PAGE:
- Film is about an NRI-returned son, and his struggle to rescue his bitter parents from debt and estrangement
- Designed as a screwball comedy of errors, film is too muddled to be sincere
- Except for Mohammed Zeeshan Ayub, all actors seem to be on autopilot
- Tries to deliver a noble message, but is too contrived to make an impact
Have you noticed how Indian mainstream movies - irrespective of genre, content or intent - use changing frame rates more than dialogues (or actors, props and script) to depict various emotions? For instance, the moment the heroine changes her mind and falls in love is of great significance; she is made to smile or blush gently at 400 fps. If the self-explanatory score isn't already obvious enough, hero offers his hand and heart at 350 fps. Most dramatic family showdowns, facial twitches and epiphanies happen at around 700 fps, and phones, teardrops, cars and humans often fall at 1000 fps (the slowest of slow motions, without emotions). Screwball comedies, and films that generally overshoot their budgets and running lengths, tend to triple the pace of action to depict Charlie Chaplinsque slapstick - even if it is something as mundane as dogs cantering across the frame. If you must laugh, watching faster motion distorts the mind just enough to evoke giggles.
Casting Abhishek Bachchan isn't a smart move anymore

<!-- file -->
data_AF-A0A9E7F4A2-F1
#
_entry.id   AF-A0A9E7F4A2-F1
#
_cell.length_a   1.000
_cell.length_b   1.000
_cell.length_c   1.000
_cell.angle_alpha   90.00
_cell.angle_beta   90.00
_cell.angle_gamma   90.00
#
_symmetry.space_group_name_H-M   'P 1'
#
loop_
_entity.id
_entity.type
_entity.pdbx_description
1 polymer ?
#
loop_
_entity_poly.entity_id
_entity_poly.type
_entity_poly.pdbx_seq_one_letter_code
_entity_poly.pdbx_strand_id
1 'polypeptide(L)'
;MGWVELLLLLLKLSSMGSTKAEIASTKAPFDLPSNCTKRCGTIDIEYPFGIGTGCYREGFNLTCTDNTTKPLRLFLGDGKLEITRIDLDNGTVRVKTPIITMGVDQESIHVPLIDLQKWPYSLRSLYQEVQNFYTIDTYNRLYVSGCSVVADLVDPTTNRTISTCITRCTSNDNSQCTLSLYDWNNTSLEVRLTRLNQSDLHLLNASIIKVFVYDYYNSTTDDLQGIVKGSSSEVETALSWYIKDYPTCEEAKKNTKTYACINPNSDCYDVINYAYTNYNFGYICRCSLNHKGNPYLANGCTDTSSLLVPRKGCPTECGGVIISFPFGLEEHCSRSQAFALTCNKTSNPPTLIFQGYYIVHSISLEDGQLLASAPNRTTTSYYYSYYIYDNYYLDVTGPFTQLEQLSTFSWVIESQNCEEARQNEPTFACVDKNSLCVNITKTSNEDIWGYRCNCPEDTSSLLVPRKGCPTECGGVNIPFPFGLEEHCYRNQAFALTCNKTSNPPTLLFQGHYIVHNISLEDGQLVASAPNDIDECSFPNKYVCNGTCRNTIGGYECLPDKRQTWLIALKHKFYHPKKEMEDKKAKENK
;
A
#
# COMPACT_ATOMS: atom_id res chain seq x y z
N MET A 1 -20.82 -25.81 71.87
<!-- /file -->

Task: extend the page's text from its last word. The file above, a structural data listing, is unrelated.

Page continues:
All Is Well, directed by Umesh Shukla (of OMG! Oh My God fame), uses all this and more, while sermonising about the increasing generation gap between Indian parents and their Abhishek Bachchans. I say Abhishek Bachchans because, lately, it's more like most cinematic NRI sons play Abhishek Bachchan, and flimsy NRI daughters play Katrina Kaif, and not vice versa. Their ambiguous accents and generally puzzled faces contribute to this widespread habit of typecasting. The problem with All Is Well is that the writers get stuck somewhere between an Abhijat Joshi 'All izz Well' phrase and Aneez Bazmee's brand of Welcome (or Ready, or Thank You) absurdity. In fact, the film could have done wonders if it had been treated as a quaint little black-and-white silent film, with slates and cartoonish sound effects. Inder (Bachchan) is an India hater; there's a ring to that. He is also a marriage-hater who has settled in Thailand as a struggling musician, in order to get away from his feuding parents and dark childhood. Rishi Kapoor, who plays his weak-bladdered father, is a very unlikeable character. Most of this rather farfetched story relies on how much we sympathise with his situation. That's impossible to do - because flashbacks show hints of domestic violence and anger issues against his wife. Supriya Pathak, with her perpetual lost-puppy look, makes for the face of Alzheimer's - a disease that is supposed to go unrecognised by her family till it's too late. Though she does a good job in context of Bollywood's interpretation of mental disability, I can tell you - from experiences of encountering family members with this disease - that authenticity is a virtue lost on our filmmakers. The father is, of course, deep in debt with a loan shark - played by Mohammed Zeeshan Ayub Khan, the only guy who recognises that he is a clichÃ©, and plays along with glee. The script is contrived enough to take us through the mountains of Himachal Pradesh and Haryana for no conceivable reason, and to come across plenty of Sardarjis, dialects, loud baraats, loud funerals, cows, stolen cars and.all that. In short, everyone speaks too much and too loudly. And somewhere in between, Asin plays a love interest that does nothing but accompany the family, or get kidnapped. She's the voice of Abhishek's conscience, and you know that, at some point, she will get nosy and meddle into his family affairs. Her speech to him holds some meaning - perhaps the most sincere message this film tries to deliver - which Baghban delivered a decade ago in a more consistent and manipulative fashion. Yes, children shouldn't desert their parents, and yes, parents shouldn't take their kids for granted, or try to live their own dreams through them. But this film unwittingly delivers a rather uncomfortable message that if goodwill and peace must exist between two bickering generations, it's the children that end up compromising on their own dreams. It's a harsh reality, but delivered in flimsy fashion. Some of it is funny. But if I have to connect to what it's trying to say, I have to relate to the parents when they're hapless, or relate to Bachchan when he's grumpy. I do not. And that's when it becomes just another formulaic comedy.